Christians, National Socialism, and the World Wars

I’d be thrilled to have any chance to write for Christian History Magazine, a venerable publication that has been teaching ordinary Christians about their history since 1982. But I’m especially honored that I got to contribute an article on Christians and National Socialism to an issue dedicated to one of my favorite topics: the Christian experience of the two world wars.

Here’s how my article begins:

In 1998 Israeli scholar Yehuda Bauer was invited to speak before Germany’s parliament, the Bundestag. “I come from a people who gave the Ten Commandments to the world,” he told the legislators. “Time has come to strengthen them by three additional ones, which we ought to adopt and commit ourselves to: thou shall not be a perpetrator; thou shall not be a victim; and thou shall never, but never, be a bystander.”

During the 12 years of the Third Reich, Christians broke each of Bauer’s commandments. A few—both too many and not enough—sacrificed life or liberty to resist Nazi iniquity. But the vast majority of German Christians fell along that complicated spectrum between perpetrator and bystander.

"This is the enemy" — WWII propaganda poster showing a Nazi knife stabbing a Bible
One of the many evocative images accompanying my article: a 1943 poster by the U.S. Office of War Information (New Hampshire State Library)

How did this happen? The roots stretched back to the First World War. In 1914 most German Protestants (two-thirds of Germany’s population) participated gladly in what they saw as a crusade against their Catholic (French and Belgian) and Orthodox (Russian) national neighbors. Instead of taking out France and Russia, though, the costly war toppled the conservative German monarchy instead.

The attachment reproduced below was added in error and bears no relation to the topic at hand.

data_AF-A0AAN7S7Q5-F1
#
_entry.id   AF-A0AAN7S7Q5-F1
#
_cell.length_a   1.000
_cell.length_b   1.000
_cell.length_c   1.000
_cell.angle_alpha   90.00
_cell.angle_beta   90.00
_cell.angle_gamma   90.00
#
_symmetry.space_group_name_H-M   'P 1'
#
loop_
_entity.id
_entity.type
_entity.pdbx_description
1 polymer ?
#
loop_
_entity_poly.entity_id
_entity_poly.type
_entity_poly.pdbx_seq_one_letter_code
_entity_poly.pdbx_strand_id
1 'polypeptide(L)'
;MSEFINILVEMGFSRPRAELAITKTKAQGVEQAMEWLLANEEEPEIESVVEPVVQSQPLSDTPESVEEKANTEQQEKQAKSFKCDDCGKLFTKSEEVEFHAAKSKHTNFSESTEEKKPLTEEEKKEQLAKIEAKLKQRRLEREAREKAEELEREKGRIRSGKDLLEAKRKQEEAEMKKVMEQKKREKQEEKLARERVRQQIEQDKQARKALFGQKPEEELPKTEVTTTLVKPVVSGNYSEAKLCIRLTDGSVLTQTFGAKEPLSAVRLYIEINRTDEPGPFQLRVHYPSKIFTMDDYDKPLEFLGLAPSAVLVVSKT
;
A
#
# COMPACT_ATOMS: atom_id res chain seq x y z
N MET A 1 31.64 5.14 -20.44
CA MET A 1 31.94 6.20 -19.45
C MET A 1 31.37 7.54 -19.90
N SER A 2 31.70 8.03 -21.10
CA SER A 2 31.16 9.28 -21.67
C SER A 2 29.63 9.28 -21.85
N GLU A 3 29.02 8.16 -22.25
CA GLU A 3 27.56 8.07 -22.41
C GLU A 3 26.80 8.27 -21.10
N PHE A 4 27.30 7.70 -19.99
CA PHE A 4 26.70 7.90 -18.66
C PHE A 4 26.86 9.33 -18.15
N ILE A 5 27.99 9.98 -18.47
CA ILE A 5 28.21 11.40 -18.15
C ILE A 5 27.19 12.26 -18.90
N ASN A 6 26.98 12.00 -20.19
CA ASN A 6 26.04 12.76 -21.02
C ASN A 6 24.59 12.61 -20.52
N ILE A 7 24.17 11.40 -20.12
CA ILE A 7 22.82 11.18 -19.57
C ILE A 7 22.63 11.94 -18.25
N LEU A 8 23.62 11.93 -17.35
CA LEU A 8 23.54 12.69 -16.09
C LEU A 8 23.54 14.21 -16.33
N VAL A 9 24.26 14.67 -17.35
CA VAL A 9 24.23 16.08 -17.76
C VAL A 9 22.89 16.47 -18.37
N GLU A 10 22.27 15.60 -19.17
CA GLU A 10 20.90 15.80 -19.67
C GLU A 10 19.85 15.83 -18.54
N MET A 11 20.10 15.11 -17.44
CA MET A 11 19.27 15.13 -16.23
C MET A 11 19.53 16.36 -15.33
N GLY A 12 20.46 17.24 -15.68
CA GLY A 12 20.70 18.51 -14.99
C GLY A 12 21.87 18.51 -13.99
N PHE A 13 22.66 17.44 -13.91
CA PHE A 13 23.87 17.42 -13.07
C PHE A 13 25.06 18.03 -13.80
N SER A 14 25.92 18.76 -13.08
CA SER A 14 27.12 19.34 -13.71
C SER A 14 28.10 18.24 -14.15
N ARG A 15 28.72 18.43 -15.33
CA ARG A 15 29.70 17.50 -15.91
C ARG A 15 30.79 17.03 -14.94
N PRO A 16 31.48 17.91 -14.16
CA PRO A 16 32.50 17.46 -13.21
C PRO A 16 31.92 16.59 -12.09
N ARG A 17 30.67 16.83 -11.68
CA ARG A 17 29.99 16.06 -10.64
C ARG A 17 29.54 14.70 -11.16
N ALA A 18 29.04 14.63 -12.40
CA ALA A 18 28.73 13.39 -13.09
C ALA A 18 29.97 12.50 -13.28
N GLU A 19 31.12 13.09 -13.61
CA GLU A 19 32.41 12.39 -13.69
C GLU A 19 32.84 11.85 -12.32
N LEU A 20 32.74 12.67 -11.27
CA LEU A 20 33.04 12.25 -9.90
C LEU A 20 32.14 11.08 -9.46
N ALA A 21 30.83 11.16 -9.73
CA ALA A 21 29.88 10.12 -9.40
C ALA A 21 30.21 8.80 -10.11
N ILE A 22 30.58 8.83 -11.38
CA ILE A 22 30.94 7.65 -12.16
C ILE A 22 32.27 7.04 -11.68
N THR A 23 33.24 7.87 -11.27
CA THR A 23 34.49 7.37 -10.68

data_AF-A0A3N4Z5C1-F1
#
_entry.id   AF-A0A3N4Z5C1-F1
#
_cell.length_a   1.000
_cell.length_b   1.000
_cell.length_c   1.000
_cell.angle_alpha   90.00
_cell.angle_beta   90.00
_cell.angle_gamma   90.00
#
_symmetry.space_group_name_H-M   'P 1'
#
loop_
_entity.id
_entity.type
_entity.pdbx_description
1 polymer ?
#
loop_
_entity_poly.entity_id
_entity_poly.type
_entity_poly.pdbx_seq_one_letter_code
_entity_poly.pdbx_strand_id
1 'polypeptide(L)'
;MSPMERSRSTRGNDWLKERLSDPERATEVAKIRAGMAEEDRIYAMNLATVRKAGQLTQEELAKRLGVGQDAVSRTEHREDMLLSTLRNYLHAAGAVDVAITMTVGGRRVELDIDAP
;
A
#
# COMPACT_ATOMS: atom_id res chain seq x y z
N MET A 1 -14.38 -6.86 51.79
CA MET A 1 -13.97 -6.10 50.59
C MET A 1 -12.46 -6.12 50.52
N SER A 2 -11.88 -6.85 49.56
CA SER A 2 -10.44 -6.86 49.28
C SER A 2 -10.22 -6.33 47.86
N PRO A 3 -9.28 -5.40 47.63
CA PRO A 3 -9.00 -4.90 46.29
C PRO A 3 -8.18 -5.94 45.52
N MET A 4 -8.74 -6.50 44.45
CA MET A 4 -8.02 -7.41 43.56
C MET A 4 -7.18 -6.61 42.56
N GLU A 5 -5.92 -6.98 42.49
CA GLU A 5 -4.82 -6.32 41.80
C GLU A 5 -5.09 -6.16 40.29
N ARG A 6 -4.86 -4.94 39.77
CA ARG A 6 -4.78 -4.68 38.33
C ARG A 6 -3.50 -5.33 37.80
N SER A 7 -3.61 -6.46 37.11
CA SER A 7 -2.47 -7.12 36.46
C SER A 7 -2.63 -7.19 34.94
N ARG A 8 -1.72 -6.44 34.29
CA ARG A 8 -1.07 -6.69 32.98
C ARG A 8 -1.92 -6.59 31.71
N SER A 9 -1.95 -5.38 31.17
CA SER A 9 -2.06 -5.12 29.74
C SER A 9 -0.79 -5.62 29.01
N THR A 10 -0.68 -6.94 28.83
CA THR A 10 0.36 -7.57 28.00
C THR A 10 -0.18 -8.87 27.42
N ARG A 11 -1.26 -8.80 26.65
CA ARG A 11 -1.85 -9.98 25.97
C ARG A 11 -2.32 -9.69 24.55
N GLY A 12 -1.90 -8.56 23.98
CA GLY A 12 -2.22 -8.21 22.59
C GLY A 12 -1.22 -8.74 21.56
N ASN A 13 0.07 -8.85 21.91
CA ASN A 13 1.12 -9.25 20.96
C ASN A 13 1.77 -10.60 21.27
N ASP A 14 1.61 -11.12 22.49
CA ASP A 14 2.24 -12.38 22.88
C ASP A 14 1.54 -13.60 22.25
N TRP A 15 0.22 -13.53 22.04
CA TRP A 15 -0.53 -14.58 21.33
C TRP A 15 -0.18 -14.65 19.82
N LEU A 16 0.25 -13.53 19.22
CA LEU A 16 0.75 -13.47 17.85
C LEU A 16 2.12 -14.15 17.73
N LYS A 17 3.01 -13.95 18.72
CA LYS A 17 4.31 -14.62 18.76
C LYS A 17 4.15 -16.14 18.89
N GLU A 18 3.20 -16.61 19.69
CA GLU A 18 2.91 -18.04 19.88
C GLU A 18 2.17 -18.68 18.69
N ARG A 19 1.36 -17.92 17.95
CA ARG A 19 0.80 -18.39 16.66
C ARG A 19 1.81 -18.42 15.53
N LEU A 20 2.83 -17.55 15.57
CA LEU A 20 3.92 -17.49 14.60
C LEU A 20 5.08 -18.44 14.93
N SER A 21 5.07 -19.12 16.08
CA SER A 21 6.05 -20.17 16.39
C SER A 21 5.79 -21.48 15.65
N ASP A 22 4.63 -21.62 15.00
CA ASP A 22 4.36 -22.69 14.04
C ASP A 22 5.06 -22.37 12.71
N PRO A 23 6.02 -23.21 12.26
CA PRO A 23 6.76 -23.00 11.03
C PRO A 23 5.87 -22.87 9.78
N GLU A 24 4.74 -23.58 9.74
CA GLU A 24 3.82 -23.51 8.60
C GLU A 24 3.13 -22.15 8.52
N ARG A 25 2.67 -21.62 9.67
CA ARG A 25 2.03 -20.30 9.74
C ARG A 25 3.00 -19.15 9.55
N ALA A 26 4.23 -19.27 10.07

In its place came the Weimar Republic; this new democratic state got its nickname from the city of Weimar where its constitution was signed. Its socialist and liberal founders were forced to sign a harsh peace treaty that served as political fodder for right-wing groups like the National Socialists (Nazis). Even if they were put off by the violence of the Nazi “Brownshirts,” patriotic Protestants living in Stalin’s shadow could tell themselves that the stridently anti-Communist Nazis were the lesser of two evils.

Read the full article, and the rest of the “Faith in the Foxholes” issue, here. (Among other contributors, our friend Jared Burkholder explains the impact of the world war on Christian relief efforts.) Congratulations to editor Jennifer Woodruff Tait and the rest of the CH team for a wide-ranging, engrossing, and beautifully illustrated issue on a most timely set of topics!

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